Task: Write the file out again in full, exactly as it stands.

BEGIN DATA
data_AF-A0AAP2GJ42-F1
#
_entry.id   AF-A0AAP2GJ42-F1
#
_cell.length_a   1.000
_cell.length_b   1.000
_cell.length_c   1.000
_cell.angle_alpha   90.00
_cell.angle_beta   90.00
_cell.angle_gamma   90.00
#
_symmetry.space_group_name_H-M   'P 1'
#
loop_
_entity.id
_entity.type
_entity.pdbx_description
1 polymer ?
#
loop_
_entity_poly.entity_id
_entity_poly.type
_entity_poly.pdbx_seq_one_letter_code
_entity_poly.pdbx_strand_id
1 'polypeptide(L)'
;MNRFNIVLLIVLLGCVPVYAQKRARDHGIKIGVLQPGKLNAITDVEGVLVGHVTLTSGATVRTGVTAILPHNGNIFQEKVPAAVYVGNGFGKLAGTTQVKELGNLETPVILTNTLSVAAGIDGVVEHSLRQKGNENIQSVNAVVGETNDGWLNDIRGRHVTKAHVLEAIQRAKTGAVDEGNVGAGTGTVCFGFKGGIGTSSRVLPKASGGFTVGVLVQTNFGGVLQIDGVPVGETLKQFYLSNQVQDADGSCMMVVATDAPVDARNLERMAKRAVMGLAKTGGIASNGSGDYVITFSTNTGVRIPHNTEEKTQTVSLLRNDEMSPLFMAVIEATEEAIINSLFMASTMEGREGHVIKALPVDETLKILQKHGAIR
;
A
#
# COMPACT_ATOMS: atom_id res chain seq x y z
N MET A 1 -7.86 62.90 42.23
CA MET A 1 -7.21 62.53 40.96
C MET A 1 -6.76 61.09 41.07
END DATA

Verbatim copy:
data_AF-A0AAP2GJ42-F1
#
_entry.id   AF-A0AAP2GJ42-F1
#
_cell.length_a   1.000
_cell.length_b   1.000
_cell.length_c   1.000
_cell.angle_alpha   90.00
_cell.angle_beta   90.00
_cell.angle_gamma   90.00
#
_symmetry.space_group_name_H-M   'P 1'
#
loop_
_entity.id
_entity.type
_entity.pdbx_description
1 polymer ?
#
loop_
_entity_poly.entity_id
_entity_poly.type
_entity_poly.pdbx_seq_one_letter_code
_entity_poly.pdbx_strand_id
1 'polypeptide(L)'
;MNRFNIVLLIVLLGCVPVYAQKRARDHGIKIGVLQPGKLNAITDVEGVLVGHVTLTSGATVRTGVTAILPHNGNIFQEKVPAAVYVGNGFGKLAGTTQVKELGNLETPVILTNTLSVAAGIDGVVEHSLRQKGNENIQSVNAVVGETNDGWLNDIRGRHVTKAHVLEAIQRAKTGAVDEGNVGAGTGTVCFGFKGGIGTSSRVLPKASGGFTVGVLVQTNFGGVLQIDGVPVGETLKQFYLSNQVQDADGSCMMVVATDAPVDARNLERMAKRAVMGLAKTGGIASNGSGDYVITFSTNTGVRIPHNTEEKTQTVSLLRNDEMSPLFMAVIEATEEAIINSLFMASTMEGREGHVIKALPVDETLKILQKHGAIR
;
A
#
# COMPACT_ATOMS: atom_id res chain seq x y z
N MET A 1 -7.86 62.90 42.23
CA MET A 1 -7.21 62.53 40.96
C MET A 1 -6.76 61.09 41.07